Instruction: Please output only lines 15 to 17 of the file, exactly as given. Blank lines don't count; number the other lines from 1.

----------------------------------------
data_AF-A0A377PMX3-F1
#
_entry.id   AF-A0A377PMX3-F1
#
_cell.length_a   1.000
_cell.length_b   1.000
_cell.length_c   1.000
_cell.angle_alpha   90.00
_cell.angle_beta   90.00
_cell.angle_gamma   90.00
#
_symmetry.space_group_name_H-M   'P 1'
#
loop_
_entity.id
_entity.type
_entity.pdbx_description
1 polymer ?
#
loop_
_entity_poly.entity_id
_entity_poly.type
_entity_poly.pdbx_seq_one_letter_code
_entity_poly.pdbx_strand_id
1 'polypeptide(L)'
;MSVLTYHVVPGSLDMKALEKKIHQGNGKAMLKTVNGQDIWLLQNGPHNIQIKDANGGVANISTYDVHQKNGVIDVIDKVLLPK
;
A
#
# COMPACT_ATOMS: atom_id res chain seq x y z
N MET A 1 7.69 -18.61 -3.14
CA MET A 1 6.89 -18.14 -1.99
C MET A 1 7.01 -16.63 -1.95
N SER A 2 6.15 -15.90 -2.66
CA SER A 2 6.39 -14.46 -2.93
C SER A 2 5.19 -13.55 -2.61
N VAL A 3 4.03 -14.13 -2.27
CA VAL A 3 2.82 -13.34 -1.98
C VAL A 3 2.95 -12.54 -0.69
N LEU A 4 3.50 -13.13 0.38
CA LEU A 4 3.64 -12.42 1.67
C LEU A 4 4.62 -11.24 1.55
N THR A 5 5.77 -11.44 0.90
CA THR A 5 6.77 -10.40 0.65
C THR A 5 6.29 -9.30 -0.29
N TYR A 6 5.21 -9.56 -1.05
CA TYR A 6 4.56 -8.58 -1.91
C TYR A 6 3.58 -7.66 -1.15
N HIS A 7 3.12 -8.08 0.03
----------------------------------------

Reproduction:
_entity.id
_entity.type
_entity.pdbx_description